They may not be the best ever death metal band out of Denton, but the Mountain Goats can take claim to one of the best live shows currently going. You could write an entire thinkpiece on the nature of John Darnielle’s stage presence. This is something that became quite clear during last night’s sold out show at Bowery Ballroom, as the 45-year-old singer-songwriter jammed, danced, rocked and joked around for almost two hours.
There are few frontmen quite as adept at reacting to a crowd like Darnielle; even the obnoxious tradition of shouting out song requests didn’t faze him; in one memorable moment in the early goings, a fan shouted out “This Year!” to which Darnielle replied by laughing. “Yeah, I’m gonna play that in the middle of the solo part of the set. That would be like telling you all to go home. Hold that thought, guy.” It was all in good fun, which was sorely needed because the Mountain Goats’ discography is full of some depressing tales.
One of the early highlights of the set was just one of those depressing tales: “Harlem Roulette,” a song from the band’s new album Transcendental Youth, tells of ’60s singer Frankie Lymon, who died of a heroin overdose at 25. Darnielle told the crowd what the song was about before playing it (as he did for almost every song on the set), and there was a sense of uncomfortable atmosphere throughout. It’s a hell of a song, but how do you cheer the tale of a doomed man? The Mountain Goats revel in this sort of conflict: they create uplifting songs about men and women who are devastated or, even more affecting, devastatingly flawed. The entirety of the new album loosely connects a theme of studying the lost and wandering, a theme that is difficult to get past when hearing them performed with Darnielle’s trademark vigor.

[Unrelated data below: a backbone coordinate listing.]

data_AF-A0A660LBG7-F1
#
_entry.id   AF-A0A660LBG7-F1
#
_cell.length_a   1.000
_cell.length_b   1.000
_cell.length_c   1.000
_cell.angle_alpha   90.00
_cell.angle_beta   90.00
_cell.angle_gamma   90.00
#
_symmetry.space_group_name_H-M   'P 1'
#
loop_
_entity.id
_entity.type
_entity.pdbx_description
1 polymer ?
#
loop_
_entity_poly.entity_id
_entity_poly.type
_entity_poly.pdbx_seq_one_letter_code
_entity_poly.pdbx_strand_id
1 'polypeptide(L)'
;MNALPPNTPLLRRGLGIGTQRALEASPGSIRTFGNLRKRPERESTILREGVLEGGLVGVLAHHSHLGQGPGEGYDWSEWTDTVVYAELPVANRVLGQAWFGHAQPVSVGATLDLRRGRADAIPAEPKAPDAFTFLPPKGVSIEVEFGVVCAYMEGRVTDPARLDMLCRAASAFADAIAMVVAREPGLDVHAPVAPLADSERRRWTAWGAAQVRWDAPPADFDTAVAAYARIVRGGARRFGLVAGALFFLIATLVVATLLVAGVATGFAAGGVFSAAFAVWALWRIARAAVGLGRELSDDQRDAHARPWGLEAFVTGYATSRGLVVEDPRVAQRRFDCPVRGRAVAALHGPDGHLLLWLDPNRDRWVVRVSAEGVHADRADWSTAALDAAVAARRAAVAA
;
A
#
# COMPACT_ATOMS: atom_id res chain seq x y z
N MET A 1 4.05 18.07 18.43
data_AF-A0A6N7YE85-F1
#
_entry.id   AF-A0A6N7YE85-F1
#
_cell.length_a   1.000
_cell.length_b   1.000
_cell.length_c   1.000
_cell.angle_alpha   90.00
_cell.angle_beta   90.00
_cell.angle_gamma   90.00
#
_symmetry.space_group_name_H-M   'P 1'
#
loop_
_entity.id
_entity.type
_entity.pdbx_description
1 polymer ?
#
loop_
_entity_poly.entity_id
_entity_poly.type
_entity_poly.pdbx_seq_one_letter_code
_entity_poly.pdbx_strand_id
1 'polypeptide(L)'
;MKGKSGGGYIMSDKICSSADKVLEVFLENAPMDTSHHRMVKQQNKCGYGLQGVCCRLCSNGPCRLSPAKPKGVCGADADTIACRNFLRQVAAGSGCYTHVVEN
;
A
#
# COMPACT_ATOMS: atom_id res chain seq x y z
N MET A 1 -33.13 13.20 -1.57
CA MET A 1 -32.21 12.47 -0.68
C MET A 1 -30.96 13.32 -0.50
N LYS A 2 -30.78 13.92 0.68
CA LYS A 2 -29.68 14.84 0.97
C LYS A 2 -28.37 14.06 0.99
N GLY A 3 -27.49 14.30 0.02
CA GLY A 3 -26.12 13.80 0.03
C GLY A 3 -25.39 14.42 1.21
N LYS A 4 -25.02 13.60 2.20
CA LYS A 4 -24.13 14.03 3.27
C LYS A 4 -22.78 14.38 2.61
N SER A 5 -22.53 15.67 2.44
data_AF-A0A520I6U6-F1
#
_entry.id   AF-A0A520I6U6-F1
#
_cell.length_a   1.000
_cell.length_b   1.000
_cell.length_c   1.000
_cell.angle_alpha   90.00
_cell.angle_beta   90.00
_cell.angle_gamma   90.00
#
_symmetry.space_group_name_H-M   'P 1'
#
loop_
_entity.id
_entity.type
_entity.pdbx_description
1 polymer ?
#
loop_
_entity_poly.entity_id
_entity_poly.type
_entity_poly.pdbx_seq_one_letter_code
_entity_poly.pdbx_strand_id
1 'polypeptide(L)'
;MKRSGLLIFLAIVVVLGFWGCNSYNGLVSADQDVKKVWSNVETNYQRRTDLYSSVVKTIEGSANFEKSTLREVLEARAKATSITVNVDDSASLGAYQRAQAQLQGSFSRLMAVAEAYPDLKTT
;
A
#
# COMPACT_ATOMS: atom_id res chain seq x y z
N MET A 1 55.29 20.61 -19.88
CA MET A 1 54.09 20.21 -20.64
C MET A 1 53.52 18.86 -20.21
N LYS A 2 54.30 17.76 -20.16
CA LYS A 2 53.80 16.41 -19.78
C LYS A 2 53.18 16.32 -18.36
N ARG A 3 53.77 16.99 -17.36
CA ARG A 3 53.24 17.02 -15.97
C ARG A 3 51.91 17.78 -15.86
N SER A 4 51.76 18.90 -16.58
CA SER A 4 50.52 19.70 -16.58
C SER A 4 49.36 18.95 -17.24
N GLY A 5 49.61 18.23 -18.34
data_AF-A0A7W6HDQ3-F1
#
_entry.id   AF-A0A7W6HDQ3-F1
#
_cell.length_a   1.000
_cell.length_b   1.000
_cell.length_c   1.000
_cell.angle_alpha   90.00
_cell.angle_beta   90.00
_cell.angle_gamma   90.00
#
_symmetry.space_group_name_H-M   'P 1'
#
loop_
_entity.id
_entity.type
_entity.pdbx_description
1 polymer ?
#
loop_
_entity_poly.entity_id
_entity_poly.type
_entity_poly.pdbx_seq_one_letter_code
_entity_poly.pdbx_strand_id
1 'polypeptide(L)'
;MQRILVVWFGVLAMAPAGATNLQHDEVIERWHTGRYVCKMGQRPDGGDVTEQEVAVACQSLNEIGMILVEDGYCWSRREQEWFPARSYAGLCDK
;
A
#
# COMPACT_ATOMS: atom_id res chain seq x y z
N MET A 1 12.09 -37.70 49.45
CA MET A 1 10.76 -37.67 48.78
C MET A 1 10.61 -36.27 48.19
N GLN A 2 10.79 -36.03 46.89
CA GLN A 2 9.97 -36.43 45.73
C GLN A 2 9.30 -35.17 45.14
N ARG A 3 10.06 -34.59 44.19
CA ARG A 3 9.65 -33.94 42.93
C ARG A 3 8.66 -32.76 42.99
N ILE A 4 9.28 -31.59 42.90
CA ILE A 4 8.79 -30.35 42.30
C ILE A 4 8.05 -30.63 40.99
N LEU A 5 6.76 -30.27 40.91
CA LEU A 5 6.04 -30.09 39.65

At one point, as mentioned above, Darnielle sent away the rest of his band to play a solo section that consisted of just a man and his guitar. These songs were all classics from the band’s long and illustrious history. The best of these is the heartfelt and earnest “You Were Cool,” a song that under lesser hands could be condescending. The loudest cheer of the early goings came in the iconic line, “I hope the people who did you wrong/ have trouble sleeping at night.” This made Darnielle crack an even wider smile than normal, which he explained afterwards: “I don’t like telling people what the best songs are, but that’s a song for a real person and I’m glad it resonates with people.”
A helping hand was lent by the Transcendental Three, otherwise known as the horn section. There were some mutters when the newest record was released that the horns were out of place in the band’s catalog (I don’t agree with that assessment), but it’s clear that Darnielle included them at least partly for the live set. The trio of new songs that followed the section’s introduction (“White Cedar,” “In Memory of Satan,” and “Spent Gladiator 2”) all used the horns differently, but the brass added a special touch to the night that wasn’t so much missing as it was waiting for patiently.
The best use of the horns (and subsequently the best song of the set) was the first encore closer and quite possibly the most famous Mountain Goats song: “This Year.” A song that contains no horns on record, it became something more, with each few lines in the verses being broken up with improvisational-like melodies and Darnielle’s ecstatic stomping and strumming. There are few things better than hearing a favorite song turn into something new, and the crowd paid back this great deed by shouting at the top of their lungs: “I am going to make it through this year/ if it kills me.” It’s a simple thought, but you can’t beat 500+ people belting it. A triple-song second encore closed out the night with a bit more energy than one would expect, before bowing out with a guitar-less version of “No Children.” The fatalistic track was a fitting ending, as the crowd marched out with thoughts of death, joy, and passion.